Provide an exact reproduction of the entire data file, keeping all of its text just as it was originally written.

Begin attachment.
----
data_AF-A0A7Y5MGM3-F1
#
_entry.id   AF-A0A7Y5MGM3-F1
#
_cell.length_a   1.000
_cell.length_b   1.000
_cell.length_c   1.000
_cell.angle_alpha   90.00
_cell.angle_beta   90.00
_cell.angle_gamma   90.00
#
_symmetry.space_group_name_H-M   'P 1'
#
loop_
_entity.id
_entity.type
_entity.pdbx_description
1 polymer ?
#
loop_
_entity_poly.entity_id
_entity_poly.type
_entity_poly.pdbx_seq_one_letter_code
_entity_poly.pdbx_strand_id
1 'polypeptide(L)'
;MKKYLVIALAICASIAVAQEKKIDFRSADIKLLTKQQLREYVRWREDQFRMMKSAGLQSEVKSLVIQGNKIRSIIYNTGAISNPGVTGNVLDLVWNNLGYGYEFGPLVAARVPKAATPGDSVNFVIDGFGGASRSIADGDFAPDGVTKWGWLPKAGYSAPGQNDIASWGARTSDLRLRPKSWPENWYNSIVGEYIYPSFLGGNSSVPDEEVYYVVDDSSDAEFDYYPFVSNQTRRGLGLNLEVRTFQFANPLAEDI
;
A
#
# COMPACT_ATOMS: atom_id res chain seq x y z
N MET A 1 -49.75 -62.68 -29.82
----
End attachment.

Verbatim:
data_AF-A0A7Y5MGM3-F1
#
_entry.id   AF-A0A7Y5MGM3-F1
#
_cell.length_a   1.000
_cell.length_b   1.000
_cell.length_c   1.000
_cell.angle_alpha   90.00
_cell.angle_beta   90.00
_cell.angle_gamma   90.00
#
_symmetry.space_group_name_H-M   'P 1'
#
loop_
_entity.id
_entity.type
_entity.pdbx_description
1 polymer ?
#
loop_
_entity_poly.entity_id
_entity_poly.type
_entity_poly.pdbx_seq_one_letter_code
_entity_poly.pdbx_strand_id
1 'polypeptide(L)'
;MKKYLVIALAICASIAVAQEKKIDFRSADIKLLTKQQLREYVRWREDQFRMMKSAGLQSEVKSLVIQGNKIRSIIYNTGAISNPGVTGNVLDLVWNNLGYGYEFGPLVAARVPKAATPGDSVNFVIDGFGGASRSIADGDFAPDGVTKWGWLPKAGYSAPGQNDIASWGARTSDLRLRPKSWPENWYNSIVGEYIYPSFLGGNSSVPDEEVYYVVDDSSDAEFDYYPFVSNQTRRGLGLNLEVRTFQFANPLAEDI
;
A
#
# COMPACT_ATOMS: atom_id res chain seq x y z
N MET A 1 -49.75 -62.68 -29.82